Poor Ralphie. The kid just can’t catch a break and every year we all sit around and watch him suffer as he tries to get someone to understand exactly how much he wants that BB Gun. But no movie gives me more of that true “warm tummy” feeling than this one. It’s like a perfect bite of mac and cheese – pure comfort.
So many great scenes in this one but a few that stand out are anytime Ralphie’s father (one of he movie’s most consistently funny characters) is on screen with the neighbor’s dogs, Ralphie’s visit with Santa and of course Ralphie going apeshit and pounding the neighborhood bully into submission. The narrator, an adult Ralphie’s voice, adds a really wonderful element and is played by Jean Sheppard, the author of the short stories upon which the film was based.
Perhaps the most unique of the annual Xmas flicks and definitely the most imaginative, Tim Burton weaves a fantastical tale about Halloween Town’s Pumpkin King Jake Skellington, voiced by the amazingly musical Danny Elfman, becoming bored with own holiday and stumbling onto the amazing discovery of the portal to Christmas Town. Jack becomes a little obsessed with Christmas and turns himself into a pseudo Santa but gets a little carried away with his plan.
When released, Burton’s movie received mixed reviews but the masses seem to have come around on it. For a movie made in 1993, the animation holds up tremendously well and the twisted characters present a much different take on the holidays and the whole “the grass is always greener” concept. The movie was based on a poem that Burton wrote while working as an animator at Disney. And in typical Disney fashion, they wanted to do a sequel. But Burton convinced the suits to leave well enough alone.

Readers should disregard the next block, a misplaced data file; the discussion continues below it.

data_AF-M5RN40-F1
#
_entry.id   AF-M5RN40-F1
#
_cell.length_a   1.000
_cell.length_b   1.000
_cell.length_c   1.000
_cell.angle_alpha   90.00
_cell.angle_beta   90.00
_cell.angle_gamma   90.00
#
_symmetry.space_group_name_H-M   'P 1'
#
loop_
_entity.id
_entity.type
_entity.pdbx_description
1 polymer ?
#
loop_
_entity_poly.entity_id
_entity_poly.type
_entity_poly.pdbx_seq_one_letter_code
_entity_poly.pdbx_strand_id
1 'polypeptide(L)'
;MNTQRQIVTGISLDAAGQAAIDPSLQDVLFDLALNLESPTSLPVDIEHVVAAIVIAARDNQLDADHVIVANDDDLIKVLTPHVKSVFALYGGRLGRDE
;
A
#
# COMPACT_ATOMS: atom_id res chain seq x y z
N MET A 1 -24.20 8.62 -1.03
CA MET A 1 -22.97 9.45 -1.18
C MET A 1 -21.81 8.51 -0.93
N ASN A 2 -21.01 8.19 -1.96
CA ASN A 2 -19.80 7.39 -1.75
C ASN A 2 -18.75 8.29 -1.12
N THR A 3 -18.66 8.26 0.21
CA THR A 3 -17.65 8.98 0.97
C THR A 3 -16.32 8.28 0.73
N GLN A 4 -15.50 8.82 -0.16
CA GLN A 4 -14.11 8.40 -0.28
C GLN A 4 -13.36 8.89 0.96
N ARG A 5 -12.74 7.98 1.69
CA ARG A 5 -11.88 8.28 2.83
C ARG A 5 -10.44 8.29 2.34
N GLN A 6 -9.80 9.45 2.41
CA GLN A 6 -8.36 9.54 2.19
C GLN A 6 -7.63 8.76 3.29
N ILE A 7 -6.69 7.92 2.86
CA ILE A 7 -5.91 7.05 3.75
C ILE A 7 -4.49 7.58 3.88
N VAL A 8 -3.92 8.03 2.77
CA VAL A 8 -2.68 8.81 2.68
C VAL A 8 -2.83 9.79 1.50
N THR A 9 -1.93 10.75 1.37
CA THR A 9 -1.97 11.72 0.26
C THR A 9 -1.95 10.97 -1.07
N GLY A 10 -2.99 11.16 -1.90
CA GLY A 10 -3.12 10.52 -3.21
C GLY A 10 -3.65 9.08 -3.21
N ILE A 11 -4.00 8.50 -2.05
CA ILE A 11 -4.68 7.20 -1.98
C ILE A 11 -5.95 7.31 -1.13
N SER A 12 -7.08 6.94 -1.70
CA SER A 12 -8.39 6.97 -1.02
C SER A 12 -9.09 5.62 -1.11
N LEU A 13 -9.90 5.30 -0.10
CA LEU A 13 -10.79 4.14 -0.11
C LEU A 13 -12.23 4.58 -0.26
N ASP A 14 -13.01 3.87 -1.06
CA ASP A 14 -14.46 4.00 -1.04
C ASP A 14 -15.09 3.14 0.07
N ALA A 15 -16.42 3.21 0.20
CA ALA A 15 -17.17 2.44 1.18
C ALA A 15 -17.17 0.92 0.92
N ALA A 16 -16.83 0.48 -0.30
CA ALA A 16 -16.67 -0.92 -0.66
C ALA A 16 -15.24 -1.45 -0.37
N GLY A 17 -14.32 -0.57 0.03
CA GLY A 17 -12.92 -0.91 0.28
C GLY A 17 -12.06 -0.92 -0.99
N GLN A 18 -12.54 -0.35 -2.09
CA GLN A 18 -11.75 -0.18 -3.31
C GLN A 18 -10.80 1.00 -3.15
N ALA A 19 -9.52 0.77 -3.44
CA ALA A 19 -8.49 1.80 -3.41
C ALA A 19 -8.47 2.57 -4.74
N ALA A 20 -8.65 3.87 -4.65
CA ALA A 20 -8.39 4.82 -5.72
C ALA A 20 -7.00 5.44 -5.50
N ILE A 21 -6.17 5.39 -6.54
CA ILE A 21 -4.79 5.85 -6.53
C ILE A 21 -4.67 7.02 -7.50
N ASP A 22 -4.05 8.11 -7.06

Will Ferrell’s character Buddy the Elf is not quite as funny as his roles as Ron Burgundy (Anchorman), Frank the Tank (Old School) or Mugatu (Zoolander) but as a whole, Elf is damn enjoyable. After stowing away in Santa’s (Ed Asner) gift sack and ending up at the North Pole, baby Buddy becomes increasingly destructive as a grown man living among elves. Eventually, Buddy’s Papa Elf (the superb Bob Newhart) allows him to go to New York City to find his birth father Walter Hobbs, played deviously by James Caan. Hobbs, who is on Santa’s naughty list for being a major asshole, was unaware of Buddy’s existence but eventually, like with most holiday movies, sees the light and changes his ways.
With a solid Christmas song and the best “cheesy old school” Christmas movie around, Rudolph is a Christmas Double Threat. He made his television debut on NBC in 1964, and remains the longest-running Christmas special in terms of consecutive years. In 1972, the special switched networks to CBS, which aired a digitally remastered version in three years ago.The flick, narrated by talking snowman Burl Ives, is done in wonderfully horrible claymation and introduces us not only to Rudolph, his family and those asshole reindeers who busted Rudolph’s chops, but also The Island of the Misfit Toys, Hermey the Misfit Elf who wants to be a dentist, the Abominable Snowman and Clarice, the sweet Reindeer who refuses to tease Rudolph because of his shining nose. A true classic for all ages.